Tip: Saving Tomato Seeds ~ Diane's Vintage Zest!

Tip: Saving Tomato Seeds

Since last week's tip of regrowing green onions was so popular, I thought that I would share my method of saving tomato seeds, which has worked pretty well for me!

It all started last year when a friend of mine brought over these yellow pear tomatoes that she said were growing like weeds over her entire backyard and side yard.  Since I'm a tomato fiend (recipe 1, 2, and 3 as evidence), I decided to try out saving the seeds for my mom to plant them in her garden...

Let's see how I did it!

By the way, this is one of the two plants that my mom grew in her garden from the seeds of a few tomatoes that I saved.  Amazingly enough, it popped up out of nowhere because the original plant was grown in a pot clear across the yard!  She thinks that it started growing in this second pot when she needed a bit more soil for the pepper plant and borrowed it from the tomato plant.  I guess a few of the seeds that were planted hitched a ride!

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Here is how I got these plants going!

  1. Cut the tomato in half to and remove all of the seeds by squeezing or pulling out with your fingers/knife.
  2. Place them into a fine mesh strainer.  I didn't have many seeds because I used tiny tomatoes (yellow pear and red cherry), so I just used a small strainer meant for coffee and tea.

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3. Rinse off as much of the goo as possible by rubbing the seeds together and against the strainer.

4. Let dry for a couple of days.

5.  If you plan to use them right away, toss them into dirt!  I literally threw them into a vacant pot from my mom and they started to grow quick!

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6. If you plan to use them at another time, remove the seeds and place them into plastic containers for later use.

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7. Make sure to label them!  The seeds may look similar when you try to plant them later on.

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8. For storage purposes, make sure that you put it in a low-moisture environment.  Some people will freeze their seeds to preserve them as well.

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I'm going to try freezing some of the seeds from this last round of tomatoes and seeing how they pan out next year.  See, I'm looking forward to next year's crop already!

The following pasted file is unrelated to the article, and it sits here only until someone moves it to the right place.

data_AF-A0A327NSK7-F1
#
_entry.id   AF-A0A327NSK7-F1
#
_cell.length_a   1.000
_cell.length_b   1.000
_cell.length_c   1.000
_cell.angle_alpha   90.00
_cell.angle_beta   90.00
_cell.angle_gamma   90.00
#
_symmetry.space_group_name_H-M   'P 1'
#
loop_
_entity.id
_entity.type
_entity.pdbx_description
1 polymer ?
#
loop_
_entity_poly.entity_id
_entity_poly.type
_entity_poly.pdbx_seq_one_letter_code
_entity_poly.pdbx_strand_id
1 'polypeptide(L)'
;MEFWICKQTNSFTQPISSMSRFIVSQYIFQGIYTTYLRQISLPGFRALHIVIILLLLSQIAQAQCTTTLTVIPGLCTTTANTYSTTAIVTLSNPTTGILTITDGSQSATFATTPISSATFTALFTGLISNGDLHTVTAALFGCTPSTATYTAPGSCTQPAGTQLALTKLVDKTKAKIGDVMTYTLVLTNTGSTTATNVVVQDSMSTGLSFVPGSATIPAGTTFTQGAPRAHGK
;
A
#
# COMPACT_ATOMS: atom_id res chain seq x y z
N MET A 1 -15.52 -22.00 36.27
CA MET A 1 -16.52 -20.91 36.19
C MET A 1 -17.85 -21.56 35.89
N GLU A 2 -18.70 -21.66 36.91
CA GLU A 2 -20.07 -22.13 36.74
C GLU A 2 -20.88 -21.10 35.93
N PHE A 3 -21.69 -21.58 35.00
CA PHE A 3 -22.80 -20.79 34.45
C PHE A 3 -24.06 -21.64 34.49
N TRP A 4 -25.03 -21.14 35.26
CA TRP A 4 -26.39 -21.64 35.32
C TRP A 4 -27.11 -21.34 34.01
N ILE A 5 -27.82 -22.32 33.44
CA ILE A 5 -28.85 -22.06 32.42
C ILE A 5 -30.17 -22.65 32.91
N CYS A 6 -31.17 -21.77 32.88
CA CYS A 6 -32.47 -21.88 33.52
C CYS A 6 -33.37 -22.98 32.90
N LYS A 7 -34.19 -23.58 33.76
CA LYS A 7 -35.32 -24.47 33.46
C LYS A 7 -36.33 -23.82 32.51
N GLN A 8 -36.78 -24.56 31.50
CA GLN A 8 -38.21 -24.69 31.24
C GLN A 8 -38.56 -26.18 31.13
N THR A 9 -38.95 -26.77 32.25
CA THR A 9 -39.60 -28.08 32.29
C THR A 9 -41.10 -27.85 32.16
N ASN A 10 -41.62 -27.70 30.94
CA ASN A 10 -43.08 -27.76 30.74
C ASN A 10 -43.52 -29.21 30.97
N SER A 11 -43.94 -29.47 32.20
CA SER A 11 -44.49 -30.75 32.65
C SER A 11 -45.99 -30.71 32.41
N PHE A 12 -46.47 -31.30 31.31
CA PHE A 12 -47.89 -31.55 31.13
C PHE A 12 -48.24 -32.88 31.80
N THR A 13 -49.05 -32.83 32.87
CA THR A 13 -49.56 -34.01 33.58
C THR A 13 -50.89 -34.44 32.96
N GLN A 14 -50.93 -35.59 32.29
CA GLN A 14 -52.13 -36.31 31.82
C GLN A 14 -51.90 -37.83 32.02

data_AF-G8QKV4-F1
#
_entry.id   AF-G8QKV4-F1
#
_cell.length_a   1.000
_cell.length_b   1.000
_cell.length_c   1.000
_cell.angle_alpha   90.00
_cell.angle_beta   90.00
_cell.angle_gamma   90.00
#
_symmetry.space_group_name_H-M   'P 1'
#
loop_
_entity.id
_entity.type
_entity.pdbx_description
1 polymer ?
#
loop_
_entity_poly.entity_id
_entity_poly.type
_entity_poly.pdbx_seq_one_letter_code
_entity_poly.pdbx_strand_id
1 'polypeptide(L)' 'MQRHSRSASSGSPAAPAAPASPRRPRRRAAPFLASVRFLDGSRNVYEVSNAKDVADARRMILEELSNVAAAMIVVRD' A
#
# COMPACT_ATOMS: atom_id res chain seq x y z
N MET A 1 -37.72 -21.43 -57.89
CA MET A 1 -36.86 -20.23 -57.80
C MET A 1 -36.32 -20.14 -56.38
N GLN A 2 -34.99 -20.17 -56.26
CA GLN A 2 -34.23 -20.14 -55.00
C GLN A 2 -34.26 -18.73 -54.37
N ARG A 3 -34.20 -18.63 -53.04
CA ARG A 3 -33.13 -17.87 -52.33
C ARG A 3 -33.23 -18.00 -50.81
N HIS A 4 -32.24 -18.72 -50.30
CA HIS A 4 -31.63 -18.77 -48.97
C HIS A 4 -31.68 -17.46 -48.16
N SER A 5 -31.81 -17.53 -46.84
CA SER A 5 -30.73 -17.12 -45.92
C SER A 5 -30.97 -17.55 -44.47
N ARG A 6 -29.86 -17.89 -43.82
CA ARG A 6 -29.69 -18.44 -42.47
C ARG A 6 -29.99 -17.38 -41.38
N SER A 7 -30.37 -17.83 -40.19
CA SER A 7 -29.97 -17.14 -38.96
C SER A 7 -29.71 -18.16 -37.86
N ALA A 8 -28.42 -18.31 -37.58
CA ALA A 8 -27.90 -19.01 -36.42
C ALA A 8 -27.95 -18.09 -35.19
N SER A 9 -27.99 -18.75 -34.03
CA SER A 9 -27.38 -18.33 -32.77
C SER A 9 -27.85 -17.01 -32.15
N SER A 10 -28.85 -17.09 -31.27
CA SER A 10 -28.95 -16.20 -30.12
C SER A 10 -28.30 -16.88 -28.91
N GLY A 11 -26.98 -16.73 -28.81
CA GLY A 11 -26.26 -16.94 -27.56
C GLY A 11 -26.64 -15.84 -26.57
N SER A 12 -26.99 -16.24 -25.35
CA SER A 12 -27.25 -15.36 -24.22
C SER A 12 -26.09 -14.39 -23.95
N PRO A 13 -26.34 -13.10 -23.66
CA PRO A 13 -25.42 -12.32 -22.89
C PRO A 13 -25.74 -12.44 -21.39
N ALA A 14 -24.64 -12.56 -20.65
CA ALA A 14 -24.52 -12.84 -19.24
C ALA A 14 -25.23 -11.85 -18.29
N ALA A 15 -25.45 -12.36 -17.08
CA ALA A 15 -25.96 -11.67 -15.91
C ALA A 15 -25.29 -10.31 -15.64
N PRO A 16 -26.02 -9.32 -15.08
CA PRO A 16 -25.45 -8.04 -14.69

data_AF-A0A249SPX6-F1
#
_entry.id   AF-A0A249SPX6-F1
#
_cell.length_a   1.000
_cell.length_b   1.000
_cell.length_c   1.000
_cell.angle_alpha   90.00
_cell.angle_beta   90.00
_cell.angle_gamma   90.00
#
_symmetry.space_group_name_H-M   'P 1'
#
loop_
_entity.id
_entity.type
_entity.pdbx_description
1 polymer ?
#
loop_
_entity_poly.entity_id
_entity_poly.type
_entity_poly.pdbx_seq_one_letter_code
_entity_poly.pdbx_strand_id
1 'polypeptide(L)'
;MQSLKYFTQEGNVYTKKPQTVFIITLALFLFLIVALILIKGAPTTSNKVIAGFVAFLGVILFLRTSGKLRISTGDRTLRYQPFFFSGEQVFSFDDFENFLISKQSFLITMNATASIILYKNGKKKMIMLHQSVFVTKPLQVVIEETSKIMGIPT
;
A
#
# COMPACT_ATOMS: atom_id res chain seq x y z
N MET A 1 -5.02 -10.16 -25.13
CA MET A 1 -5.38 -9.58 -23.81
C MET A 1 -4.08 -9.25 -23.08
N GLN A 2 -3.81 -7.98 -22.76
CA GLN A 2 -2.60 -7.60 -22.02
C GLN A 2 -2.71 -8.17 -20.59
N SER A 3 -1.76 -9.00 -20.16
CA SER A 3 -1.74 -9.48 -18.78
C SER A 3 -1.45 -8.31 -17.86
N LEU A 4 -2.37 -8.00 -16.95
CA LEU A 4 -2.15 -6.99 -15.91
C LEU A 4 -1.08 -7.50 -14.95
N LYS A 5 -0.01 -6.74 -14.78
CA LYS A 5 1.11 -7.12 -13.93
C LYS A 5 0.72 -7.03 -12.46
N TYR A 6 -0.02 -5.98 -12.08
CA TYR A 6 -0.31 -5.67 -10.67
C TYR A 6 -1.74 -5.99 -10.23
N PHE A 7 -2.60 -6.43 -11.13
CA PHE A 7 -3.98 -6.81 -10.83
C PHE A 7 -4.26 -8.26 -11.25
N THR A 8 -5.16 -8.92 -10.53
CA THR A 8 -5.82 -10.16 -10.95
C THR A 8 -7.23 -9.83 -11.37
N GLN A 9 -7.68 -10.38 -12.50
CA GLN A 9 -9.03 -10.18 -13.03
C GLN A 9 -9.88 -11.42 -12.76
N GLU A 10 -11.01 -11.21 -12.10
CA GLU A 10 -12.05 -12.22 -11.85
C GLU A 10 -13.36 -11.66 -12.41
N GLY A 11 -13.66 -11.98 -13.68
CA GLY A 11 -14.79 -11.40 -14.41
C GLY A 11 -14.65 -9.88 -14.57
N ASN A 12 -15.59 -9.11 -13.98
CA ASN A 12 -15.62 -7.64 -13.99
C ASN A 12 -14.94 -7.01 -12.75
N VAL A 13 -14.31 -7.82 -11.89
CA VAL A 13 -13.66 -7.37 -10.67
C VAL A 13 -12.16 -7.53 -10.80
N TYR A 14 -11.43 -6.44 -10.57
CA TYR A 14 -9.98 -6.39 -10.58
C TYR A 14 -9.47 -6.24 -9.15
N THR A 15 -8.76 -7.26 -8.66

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Happy growing!


  1. Great! I hope it works out for you too. :) It definitely worked best from the little cherry and pear tomatoes, rather than the larger ones, but they were all successful this season. Good luck!

  2. Hey Diane,
    Stopping by from the Lovely Ladies Linky to say HEY! and thank you for sharing this post. I have wanted to grow heirloom tomatoes for years and next summer I'm gonna do just that thanks to you. My Granny Ridge had a garden out back of her trailer house and she grew the most amazing little yellow pear tomatoes. I can almost taste those little sun ripened beauties now. I would literally sit my fat little hiney out in the garden and pluck them from the vine and pop them into my mouth fast as my fat little fingers would allow. I don't have any tomatoes to get the seeds from but I will be doing some investigating and figuring that out before next summer. Thanks again for the post and the wonderful memories. <3 Kim

  3. Thank you for the kind words! I'm a definite tomato lover as well, and apparently used to eat them like candy when I was a kid too! It was totally on a whim that I started saving the seeds to plant, and I'm ecstatic that they started to grow so well! Good luck to you!

  4. Thanks for posting this! I have always wanted to try this but didn't know where to start. I pinned it so that I remember next year.

  5. Sure! For our last tomatoes of this year, I'm going to try freezing the seeds and see if they produce next year when it's time to replant. Fingers crossed for both of us!

  6. I have always wanted to try this, but have been too lazy to do so! LOL

    Again, thanks for joining the Link Up this week! Don't forget to enter the giveaway!


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